The bill, dubbed the Inflation Reduction Act, is scaled down from the massive "Build Back Better" package President Joe Biden and many Democrats envisioned last year.
The bill cleared the lower chamber by a vote of 220 to 207 along party lines. On Sunday, the evenly-divided Senate approved the bill by a vote of 51 to 50 also along party lines, with Vice President Kamala Harris presiding to break the tie.
The bill now heads to Biden's desk for his signature.
Democrats had been eager to push through their domestic policy ambitions before the mid-term elections, but Republicans strongly opposed the bill, arguing that tax increases would impose burdens on U.S. businesses and workers and hurt the economy.
"You can't tax and spend your way out of an inflation crisis," House Minority Leader Kevin McCarthy said, blaming the Biden administration's policies for the worst inflation in four decades.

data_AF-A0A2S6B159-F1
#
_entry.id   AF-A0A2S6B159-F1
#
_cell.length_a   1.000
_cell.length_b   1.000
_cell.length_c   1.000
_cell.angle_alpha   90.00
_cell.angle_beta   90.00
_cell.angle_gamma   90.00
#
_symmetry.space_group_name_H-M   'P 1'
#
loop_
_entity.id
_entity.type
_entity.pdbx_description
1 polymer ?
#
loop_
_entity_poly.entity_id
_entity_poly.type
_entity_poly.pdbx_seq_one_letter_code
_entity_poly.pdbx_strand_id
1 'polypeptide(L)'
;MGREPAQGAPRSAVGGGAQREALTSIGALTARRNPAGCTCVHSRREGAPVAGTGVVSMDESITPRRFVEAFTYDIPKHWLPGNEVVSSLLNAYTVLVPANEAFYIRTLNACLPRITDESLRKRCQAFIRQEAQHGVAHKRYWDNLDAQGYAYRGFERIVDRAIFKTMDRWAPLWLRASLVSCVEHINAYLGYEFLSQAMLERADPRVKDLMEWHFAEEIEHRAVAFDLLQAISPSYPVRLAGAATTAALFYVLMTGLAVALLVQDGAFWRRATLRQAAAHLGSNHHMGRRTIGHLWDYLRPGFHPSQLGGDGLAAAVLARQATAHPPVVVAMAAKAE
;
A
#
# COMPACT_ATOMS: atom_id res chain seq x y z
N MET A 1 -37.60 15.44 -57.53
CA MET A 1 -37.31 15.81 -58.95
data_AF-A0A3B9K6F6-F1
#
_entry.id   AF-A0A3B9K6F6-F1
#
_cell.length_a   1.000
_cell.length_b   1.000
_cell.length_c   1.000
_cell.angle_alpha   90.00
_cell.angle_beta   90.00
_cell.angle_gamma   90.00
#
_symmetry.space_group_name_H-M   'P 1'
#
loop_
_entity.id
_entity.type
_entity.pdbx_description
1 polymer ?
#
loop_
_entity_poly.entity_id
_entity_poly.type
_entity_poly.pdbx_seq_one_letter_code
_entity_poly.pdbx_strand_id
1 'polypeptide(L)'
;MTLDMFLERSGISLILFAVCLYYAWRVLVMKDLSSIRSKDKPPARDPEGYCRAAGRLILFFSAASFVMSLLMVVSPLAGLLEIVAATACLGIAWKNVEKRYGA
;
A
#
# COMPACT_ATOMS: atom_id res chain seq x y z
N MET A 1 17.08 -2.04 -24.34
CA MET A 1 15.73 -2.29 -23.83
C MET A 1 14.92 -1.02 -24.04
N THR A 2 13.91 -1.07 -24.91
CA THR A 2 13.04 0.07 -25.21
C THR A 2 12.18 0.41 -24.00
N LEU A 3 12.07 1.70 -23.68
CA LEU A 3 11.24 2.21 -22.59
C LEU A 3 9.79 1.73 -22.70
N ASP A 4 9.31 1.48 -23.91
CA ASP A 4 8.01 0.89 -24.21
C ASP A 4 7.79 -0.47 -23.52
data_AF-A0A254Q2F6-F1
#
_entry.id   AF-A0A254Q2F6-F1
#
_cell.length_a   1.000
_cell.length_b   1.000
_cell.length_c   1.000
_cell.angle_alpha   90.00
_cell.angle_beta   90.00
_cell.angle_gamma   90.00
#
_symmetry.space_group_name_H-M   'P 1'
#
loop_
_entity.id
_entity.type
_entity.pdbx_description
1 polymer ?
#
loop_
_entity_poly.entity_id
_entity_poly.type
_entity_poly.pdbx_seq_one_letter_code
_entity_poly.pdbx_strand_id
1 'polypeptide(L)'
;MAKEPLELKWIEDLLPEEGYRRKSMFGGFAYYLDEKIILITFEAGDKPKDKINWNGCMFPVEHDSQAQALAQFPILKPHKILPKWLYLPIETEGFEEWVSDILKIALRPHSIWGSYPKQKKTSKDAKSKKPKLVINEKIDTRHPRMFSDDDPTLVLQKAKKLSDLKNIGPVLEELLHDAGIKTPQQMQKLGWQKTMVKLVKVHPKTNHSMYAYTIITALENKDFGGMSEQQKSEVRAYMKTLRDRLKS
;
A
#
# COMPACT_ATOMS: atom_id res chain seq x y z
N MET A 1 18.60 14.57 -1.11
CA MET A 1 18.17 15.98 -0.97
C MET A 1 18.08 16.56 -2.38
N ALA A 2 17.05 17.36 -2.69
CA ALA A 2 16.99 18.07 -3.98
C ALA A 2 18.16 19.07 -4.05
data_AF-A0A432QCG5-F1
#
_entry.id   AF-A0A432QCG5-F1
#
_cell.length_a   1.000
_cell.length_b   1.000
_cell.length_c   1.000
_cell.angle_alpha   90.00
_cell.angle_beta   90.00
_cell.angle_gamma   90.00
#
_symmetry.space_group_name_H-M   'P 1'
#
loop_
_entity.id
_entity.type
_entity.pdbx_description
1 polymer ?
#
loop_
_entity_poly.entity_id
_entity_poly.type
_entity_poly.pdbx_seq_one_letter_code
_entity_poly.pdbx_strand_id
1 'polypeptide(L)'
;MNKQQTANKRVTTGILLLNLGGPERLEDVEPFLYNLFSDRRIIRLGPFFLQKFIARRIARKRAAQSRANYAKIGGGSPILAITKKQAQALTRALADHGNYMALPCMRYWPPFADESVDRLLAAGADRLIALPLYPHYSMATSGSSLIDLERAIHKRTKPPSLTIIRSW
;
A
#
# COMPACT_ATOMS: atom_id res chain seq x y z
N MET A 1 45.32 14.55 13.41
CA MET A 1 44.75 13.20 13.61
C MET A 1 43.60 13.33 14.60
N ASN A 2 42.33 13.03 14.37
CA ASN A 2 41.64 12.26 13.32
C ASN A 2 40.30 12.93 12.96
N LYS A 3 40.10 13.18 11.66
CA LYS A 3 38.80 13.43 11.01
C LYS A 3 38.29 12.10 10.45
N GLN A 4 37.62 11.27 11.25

The bill includes a roughly 400-billion-dollar investment in fighting climate change, measures to make prescription drugs more affordable, and a 15-percent minimum tax on most corporations that make more than 1 billion dollars per year, which will bring in more than 300 billion dollars in new revenue, according to Democrats.
The new bill is much smaller than the 3.5-trillion-dollar "Build Back Better" social spending bill Democrats initially attempted to advance last year.